The next exhibition of my work is coming up soon! Several new drawings of mine will be on display in Dillon Gallery’s booth at Zona MACO 2015. They will be located at F202 in the General Section. The booth will also feature work by artists Cristina de Middel, Eske Kath, Nacho Rodriguez Bach, Oswaldo Vigas, and Santiago Ydañez. You can check out a preview of the booth on Artsy.
New small drawings have been uploaded to my site today. Check out the Small Drawings page to see 16 new pieces. Yeah, it’s a lot all at once; I’d been putting off the scanning process for awhile.
A few of the new pieces are currently at the frame shop getting ready for shipment to Mexico for the Zona Maco art fair Feb 4-8. This will be the first time my work is exhibited in Mexico. Wish I could travel down there with my work, but alas, I am stuck here in New York.
This morning I realized it’s been quite some time since I’ve updated this blog. Oops! Perhaps more regular posts would be a good resolution for the New Year.
Here’s a snapshot of some of the new small drawings I’ve been working on:
Most of them are between 4 and 6 inches on either side. Once I get them all scanned, they’ll be uploaded to the Small Works section of my site so you can see them better.
All those small drawings were fun, but they got me in the mood for something big. I started a large 70×108 inch drawing a couple days ago. There is something wonderful about creating a drawing one’s own size.
You can see the faint preliminary line drawing all done in graphite. I’ve begun blocking in the initial charcoal layer on the left. Because I’m right-handed, I usually work left to right at this stage in order to reduce accidental smudging.
And finally, I’m now on Twitter! Welcome me to the 21st century and follow me @LeahYerpe.
Best wishes to you all for a happy and healthy New Year.
Back in September I gave a casual gallery talk about my work at Purdue University. The wonderful Kathy Evans filmed the event and has uploaded her video to YouTube (thanks Kathy!):
I have yet to watch it; listening to recordings of myself make me cringe a little, so you’ll have to let me know what you think!
I finished this drawing little over a month ago and thought I’d show you some close-up shots of the drawing’s details.
Here is another in-progress shot of one of my small drawings. The piece is 4×5 inches, graphite and ink on paper. I’ve been focusing on small work lately, and have really enjoyed creating these little gems.
I draw the deepest shadows with ink, and use graphite for the rest of the drawing. In the background you can see my favorite mechanical pencil and a fine-point pigment ink pen. The pen has a tiny .2mm tip. The pencil contains .5mm lead. For drawing extremely fine details, I will carefully sharpen this lead even finer with an x-acto knife.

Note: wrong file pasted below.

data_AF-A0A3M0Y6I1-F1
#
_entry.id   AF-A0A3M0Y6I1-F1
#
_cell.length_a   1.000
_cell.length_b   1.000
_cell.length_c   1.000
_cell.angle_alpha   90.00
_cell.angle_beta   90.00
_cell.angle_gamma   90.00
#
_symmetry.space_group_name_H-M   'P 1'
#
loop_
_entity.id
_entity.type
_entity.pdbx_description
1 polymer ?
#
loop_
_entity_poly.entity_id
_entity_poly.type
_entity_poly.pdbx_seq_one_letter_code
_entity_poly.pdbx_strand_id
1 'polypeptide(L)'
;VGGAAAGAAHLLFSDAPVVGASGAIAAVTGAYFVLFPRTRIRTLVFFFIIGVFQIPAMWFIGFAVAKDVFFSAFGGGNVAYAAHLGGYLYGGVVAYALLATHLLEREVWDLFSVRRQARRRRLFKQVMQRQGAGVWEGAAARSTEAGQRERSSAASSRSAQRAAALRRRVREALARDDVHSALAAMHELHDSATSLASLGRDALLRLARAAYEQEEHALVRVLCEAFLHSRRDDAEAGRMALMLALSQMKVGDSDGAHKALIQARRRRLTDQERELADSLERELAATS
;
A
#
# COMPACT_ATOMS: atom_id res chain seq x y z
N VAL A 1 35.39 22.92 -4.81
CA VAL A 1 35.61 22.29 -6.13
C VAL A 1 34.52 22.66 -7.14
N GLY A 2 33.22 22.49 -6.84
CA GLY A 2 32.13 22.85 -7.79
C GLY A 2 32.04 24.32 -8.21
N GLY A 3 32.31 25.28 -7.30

Here are some installation shots of Constellations in Purdue University’s Ringel Gallery.
Thanks to Purdue University for hosting this beautiful show and inviting me out to speak. The reception was lovely. I was too busy to get any photos from the reception, but my gallery talk was filmed, so I will provide a link once that video is up online.
Today is the opening of my solo exhibition Constellations, on view at Ringel Gallery on campus of Purdue University, West Lafayette, Indiana. The gallery is open Monday – Saturday, 10am to 5pm, with extended hours on Thursday to 8pm.
I am giving a gallery talk on Thurs, Sept 11 at 5:30pm, which will be followed by a reception at 7pm. Both events are free and open to the public. For those who cannot attend, I’ll post some photos of the show after I return from my trip to Indiana.
I recently received a question asking how I achieve very smooth blending in my charcoal drawings without leaving lines. I’d say 90% of it is experience and practice, and the other 10% is using the right tools.
I don’t approach drawing as if I am capturing a series of outlines. Rather, I am drawing light and shadow. Instead of lines, I draw gradients that create shadows and highlights. This means I almost never draw directly on the paper with a piece of charcoal. If I don’t make lines on my paper in the first place, I’ll never have to worry about blending out those lines together later on. A line is drawn only if I want that line to appear in the finished piece.
These are some of my most useful tools for blending and shading charcoal. Next to my charcoal holder we have some pieces of chamois, small foam sponges, and a few tortillons. These are the tools I use most often. The secrets of my success! I use these for application as much as I do for blending.
Which tool I chose depends on the texture and level of darkness I want to achieve. A soft, clean sponge or cotton cloth is good for the very lightest areas. The softer the material the better. Overtime these clothes and sponges will accumulate charcoal powder, and they will be more useful in slightly darker areas. Because they tend to lift charcoal from the drawings surface, there is a limit to the shadows they can be used for. For darker areas, a harder material like paper and chamois is better. My fingertips are perfect for the very darkest blacks; they lift almost no charcoal off the paper, and the oil from my skin lends a bit of luster and depth to the charcoal, creating deeper, velvety blacks.
There are plenty of other objects that work well for blending, like brushes, old kneaded erasers, makeup applicators, corduroy, and newsprint. Experimentation is the best way to learn what suits your personal style and technique.
If you have any questions about my work or process, ask away! Leave a comment below or send an email to firstname.lastname@example.org.